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A new bill aimed at making the wearing of masks illegal during riots or “unlawful assemblies” is now closer to becoming law in Canada. Bill C-309, known as the Concealment of Identity Act, was introduced by Conservative MP Blake Richards in November 2011 in the wake of the Toronto G20 protests and the Vancouver Stanley Cup Riot. Richards' constituency is Wild Rose, Alberta.
The short title of the proposed act is “Preventing Persons from Concealing Their Identity during Riots and Unlawful Assemblies Act.” It seeks to amend Sections 65 (Punishment of a Rioter) and 66 (Punishment for Unlawful Assembly) of the Criminal Code by adding provisions for those wearing masks. In effect, it will dramatically increase potential penalties for rioting and unlawful assembly while wearing a mask.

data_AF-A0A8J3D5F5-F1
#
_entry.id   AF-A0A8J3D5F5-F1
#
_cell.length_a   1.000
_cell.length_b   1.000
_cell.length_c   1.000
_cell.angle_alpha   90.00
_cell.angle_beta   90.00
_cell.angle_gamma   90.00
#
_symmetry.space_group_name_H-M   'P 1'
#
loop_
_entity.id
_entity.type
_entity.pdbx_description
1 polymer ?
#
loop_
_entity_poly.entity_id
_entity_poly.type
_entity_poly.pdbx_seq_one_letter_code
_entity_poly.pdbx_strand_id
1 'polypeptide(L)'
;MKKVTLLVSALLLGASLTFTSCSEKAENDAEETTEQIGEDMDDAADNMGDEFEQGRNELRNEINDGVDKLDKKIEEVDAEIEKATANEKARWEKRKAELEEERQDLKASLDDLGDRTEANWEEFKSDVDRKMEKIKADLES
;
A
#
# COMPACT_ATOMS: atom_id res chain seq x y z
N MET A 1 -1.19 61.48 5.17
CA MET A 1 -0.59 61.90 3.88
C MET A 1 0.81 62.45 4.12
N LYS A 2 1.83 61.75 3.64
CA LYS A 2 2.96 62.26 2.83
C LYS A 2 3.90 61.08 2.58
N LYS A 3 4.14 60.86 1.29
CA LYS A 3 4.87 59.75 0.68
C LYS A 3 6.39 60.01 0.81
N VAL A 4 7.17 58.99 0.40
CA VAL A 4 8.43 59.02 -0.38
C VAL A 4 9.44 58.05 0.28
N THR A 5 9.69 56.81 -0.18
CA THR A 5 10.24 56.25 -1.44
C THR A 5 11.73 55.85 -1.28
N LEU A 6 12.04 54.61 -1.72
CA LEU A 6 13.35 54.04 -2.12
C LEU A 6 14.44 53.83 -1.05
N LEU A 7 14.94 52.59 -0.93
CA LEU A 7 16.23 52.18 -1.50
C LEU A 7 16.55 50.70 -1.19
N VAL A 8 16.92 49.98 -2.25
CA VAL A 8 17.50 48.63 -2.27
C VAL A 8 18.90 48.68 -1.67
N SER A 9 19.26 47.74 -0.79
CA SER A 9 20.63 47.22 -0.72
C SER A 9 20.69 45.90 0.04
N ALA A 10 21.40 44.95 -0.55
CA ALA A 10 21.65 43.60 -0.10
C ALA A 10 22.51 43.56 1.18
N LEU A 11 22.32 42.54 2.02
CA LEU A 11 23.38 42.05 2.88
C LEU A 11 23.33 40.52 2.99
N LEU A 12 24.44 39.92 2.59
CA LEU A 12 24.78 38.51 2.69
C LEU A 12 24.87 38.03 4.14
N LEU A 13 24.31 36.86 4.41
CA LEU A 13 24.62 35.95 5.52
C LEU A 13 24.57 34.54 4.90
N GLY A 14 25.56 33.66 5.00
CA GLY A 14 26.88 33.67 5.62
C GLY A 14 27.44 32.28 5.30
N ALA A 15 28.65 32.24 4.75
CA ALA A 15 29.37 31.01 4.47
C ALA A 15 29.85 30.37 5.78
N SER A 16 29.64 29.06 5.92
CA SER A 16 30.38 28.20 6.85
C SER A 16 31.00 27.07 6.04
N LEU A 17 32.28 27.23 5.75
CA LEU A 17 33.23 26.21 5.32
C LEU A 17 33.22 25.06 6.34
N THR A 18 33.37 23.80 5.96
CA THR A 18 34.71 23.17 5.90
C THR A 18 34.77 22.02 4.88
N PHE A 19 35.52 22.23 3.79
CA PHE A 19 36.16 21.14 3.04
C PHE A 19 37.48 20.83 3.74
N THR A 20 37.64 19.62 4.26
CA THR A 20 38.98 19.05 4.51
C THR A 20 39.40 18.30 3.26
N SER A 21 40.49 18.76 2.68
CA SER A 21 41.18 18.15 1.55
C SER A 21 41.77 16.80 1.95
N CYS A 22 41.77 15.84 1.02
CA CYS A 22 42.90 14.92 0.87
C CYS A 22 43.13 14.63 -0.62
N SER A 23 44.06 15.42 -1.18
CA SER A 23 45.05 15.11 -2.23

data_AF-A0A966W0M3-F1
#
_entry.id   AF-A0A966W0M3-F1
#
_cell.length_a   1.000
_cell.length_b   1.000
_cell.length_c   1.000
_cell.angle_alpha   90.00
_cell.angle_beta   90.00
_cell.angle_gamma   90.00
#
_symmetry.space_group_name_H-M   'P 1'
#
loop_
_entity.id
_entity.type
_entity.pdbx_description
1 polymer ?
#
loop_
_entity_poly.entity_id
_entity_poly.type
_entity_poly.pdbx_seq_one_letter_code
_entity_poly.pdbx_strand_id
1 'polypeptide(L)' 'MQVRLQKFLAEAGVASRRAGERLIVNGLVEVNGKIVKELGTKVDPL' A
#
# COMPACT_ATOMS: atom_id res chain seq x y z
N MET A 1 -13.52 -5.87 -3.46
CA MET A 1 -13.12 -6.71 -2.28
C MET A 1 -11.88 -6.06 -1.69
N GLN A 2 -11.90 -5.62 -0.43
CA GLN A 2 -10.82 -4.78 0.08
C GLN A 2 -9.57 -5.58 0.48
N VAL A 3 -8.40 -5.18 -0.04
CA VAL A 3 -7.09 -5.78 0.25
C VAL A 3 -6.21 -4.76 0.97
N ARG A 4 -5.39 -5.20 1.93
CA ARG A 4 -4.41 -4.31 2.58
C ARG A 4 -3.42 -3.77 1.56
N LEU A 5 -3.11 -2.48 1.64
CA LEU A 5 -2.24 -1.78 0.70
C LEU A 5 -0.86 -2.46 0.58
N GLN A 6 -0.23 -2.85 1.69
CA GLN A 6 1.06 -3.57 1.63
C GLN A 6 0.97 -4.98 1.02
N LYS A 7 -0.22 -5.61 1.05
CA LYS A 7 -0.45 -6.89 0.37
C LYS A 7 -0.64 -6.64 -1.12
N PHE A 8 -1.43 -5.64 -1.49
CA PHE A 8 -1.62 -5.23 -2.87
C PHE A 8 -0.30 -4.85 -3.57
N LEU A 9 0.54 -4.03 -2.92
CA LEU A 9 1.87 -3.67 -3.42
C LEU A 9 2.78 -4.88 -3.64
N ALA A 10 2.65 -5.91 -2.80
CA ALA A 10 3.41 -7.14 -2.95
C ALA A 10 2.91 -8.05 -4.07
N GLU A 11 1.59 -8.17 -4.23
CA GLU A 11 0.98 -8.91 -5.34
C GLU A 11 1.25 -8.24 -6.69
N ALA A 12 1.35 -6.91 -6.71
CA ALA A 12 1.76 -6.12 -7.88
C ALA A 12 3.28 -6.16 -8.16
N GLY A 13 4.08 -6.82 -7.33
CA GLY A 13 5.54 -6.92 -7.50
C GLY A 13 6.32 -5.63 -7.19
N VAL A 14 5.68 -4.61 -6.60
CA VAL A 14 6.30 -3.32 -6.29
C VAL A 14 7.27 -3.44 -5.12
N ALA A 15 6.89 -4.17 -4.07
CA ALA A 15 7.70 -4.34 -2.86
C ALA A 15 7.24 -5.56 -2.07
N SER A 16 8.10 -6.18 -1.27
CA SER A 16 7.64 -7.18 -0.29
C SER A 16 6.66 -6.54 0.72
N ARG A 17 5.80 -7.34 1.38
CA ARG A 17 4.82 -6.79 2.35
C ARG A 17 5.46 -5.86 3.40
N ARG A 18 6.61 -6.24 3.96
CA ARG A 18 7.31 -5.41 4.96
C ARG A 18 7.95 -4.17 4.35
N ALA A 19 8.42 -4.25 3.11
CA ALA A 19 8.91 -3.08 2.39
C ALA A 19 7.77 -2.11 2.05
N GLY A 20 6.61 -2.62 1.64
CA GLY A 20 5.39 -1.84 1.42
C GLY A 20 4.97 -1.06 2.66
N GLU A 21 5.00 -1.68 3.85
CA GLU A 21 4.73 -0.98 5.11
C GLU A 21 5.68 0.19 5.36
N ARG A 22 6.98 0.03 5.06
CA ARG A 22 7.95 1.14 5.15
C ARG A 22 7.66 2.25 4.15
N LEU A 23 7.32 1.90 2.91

The text of the bill can be seen here.
In February 2012 the bill passed its second reading in Parliament and has now been referred to the Standing Committee on Justice and Human Rights. After this, it goes before the House of Commons for a vote. In February, Liberal and Conservative parties voted unanimously in favour of the legislation. The Bloc Quebecois, Green Party and NDP cast 96 votes against the bill. In early May, Justice Minister Rob Nicholson announced that the Conservative majority formally supports the legislation, meaning it is all but assured of becoming law.
Police forces across the country have also declared their support for the bill, as well as the downtown business improvement association of Vancouver.
The bill would create two classes of offence. Those who incite a riot wearing a mask "without lawful excuse" face an indictable offence with prison terms of up to five years.
For those "who participate in an unlawful assembly while wearing a mask or disguise to conceal identity," the charge could be an indictable offence or a summary offence.
Under the summary offence, penalties range up to six months in jail and fines up to $5,000.